These peanut butter cookies are shaped first into balls and then gently flattened with a fork for that signature crisscrossed finish. Peanut butter cookie dough is fairly dense, and the crisscross flattening ensures that the cookies will bake evenly in the oven.


To ensure that the cookies are evenly baked, use a fork to gently flatten each cookie in a crisscross pattern. Sarah Nasello / The Forum

The cookies will spread and puff up as they bake, and then deflate somewhat just before they are done. This is a time-tested recipe for Classic Peanut Butter Cookies that are easy to make and practically foolproof, even for beginners (including kids and husbands, just in time for Mother’s Day).

Happy Mother’s Day to all the moms, everywhere — may your day be filled with family, love and, hopefully, peanut butter cookies.

The cookies will rise and puff up as they bake, but will deflate just before they're ready to come out of the oven. Sarah Nasello / The Forum

Sarah’s Classic Peanut Butter Cookies

PRINT: Click here for a printer-friendly version

Makes: about 30 2 ½-inch cookies



½ cup peanut butter, creamy or crunchy

¼ cup unsalted butter, room temperature

¼ cup shortening, room temperature

½ cup granulated sugar

½ cup light brown sugar, packed

1 egg, room temperature

1 teaspoon pure vanilla extract

1 ¼ cups all-purpose flour

½ teaspoon baking powder

¾ teaspoon baking soda

¼ teaspoon salt


Preheat oven to 375 degrees and line 2 baking sheets with parchment paper.

In the bowl of your stand mixer fitted with the paddle attachment, beat the peanut butter, butter and shortening on medium speed for 1 minute until well combined. Add the sugars and beat on medium-high speed until well-creamed, fluffy and pale in color, at least 3 minutes, scraping down the sides of the bowl as needed. Add the egg and vanilla extract and continue beating well until incorporated, about 1 minute.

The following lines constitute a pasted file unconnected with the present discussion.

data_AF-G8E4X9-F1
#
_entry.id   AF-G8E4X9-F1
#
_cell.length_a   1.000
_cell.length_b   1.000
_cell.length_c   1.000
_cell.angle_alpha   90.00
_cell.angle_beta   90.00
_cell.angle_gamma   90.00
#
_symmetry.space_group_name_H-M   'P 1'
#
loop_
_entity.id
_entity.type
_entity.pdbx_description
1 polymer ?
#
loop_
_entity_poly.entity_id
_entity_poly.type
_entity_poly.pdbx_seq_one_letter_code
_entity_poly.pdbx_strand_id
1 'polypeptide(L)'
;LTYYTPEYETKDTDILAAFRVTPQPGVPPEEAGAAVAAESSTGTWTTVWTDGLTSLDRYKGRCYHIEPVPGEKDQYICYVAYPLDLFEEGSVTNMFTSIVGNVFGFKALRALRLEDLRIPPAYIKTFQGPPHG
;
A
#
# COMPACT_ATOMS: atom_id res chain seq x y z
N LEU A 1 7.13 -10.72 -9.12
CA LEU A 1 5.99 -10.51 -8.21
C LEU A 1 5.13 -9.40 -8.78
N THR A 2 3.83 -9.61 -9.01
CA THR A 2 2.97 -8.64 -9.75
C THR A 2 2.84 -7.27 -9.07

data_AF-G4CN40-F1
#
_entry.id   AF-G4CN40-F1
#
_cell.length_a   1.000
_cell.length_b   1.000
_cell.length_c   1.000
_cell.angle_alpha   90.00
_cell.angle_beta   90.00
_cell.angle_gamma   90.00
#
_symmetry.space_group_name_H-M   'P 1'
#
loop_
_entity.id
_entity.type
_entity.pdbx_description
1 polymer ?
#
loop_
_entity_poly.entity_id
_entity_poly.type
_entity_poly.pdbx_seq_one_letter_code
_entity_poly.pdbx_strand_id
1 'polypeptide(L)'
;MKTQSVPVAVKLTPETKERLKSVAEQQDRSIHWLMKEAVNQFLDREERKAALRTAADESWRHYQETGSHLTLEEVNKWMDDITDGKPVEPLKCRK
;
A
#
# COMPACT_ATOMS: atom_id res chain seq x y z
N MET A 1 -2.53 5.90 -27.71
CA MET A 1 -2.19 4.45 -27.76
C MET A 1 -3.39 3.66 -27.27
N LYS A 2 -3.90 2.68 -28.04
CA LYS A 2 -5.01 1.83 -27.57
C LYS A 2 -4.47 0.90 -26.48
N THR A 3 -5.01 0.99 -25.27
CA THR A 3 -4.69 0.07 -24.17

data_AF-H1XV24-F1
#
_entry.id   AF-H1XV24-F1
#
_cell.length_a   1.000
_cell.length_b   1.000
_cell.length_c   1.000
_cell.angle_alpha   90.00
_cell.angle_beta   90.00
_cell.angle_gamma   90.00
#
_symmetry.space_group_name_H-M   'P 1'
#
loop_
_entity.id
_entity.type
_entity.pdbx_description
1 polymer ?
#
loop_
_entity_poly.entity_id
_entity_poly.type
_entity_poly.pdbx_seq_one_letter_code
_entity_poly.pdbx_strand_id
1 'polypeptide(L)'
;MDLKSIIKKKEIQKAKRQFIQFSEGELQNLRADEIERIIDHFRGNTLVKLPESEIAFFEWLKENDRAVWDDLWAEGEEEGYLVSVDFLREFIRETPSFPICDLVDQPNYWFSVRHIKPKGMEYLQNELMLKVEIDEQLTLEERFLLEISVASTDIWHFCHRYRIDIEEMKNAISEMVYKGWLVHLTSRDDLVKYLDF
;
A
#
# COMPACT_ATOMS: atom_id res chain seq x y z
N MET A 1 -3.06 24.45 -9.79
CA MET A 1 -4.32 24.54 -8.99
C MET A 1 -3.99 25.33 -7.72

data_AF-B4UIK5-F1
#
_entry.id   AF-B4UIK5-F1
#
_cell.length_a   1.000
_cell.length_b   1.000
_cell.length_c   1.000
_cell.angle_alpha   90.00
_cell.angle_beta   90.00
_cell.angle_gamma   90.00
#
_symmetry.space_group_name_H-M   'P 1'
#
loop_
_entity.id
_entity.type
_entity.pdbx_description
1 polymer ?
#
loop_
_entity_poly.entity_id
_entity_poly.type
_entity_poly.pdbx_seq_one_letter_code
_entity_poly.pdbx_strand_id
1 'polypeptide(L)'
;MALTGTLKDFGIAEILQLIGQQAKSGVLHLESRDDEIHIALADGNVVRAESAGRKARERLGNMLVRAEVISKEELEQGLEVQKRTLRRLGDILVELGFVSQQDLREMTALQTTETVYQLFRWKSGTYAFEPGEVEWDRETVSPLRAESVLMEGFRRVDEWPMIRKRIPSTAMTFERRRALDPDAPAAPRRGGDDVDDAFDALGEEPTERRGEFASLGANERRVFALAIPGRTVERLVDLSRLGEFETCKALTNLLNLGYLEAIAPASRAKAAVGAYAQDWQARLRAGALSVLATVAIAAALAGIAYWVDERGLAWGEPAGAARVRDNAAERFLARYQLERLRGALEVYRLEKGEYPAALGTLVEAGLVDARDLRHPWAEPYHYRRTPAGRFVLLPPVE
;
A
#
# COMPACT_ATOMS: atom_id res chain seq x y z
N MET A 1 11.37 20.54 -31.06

In a separate bowl, whisk together the flour, baking powder, baking soda and salt. Add the dry ingredients to the peanut butter mixture and stir together on the lowest speed, just until combined.

Roll the dough into 1 ¼-inch balls and place them on the parchment lined baking sheets, at least 2 inches apart as the cookies will spread as they bake. Dip a fork in flour and use it crisscross style to gently flatten each cookie.

Bake at 375 degrees for 10 to 12 minutes until the edges are golden brown and the centers are just a bit lighter. The cookies will puff up slightly as they bake, and then deflate just before they are ready to come out of the oven. Remove from oven and let the cookies cool on the baking sheet for 30 seconds, then transfer to a wire rack to finish cooling completely.

If baking 1 sheet at a time, bake on the center rack of the oven; if baking 2 sheets together, position them in the upper and lower third of the oven, rotating the baking sheets from top to bottom and front to back after 6 minutes.

Cookies will keep for at least a week if stored in a metal cookie tin or cookie jar with lid.

Recipe Time Capsule:

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“Home with the Lost Italian” is a weekly column written by Sarah Nasello featuring recipes by her husband, Tony Nasello. The couple owned Sarello’s in Moorhead and lives in Fargo with their son, Giovanni. Readers can reach them at

Related Topics: FOODRECIPES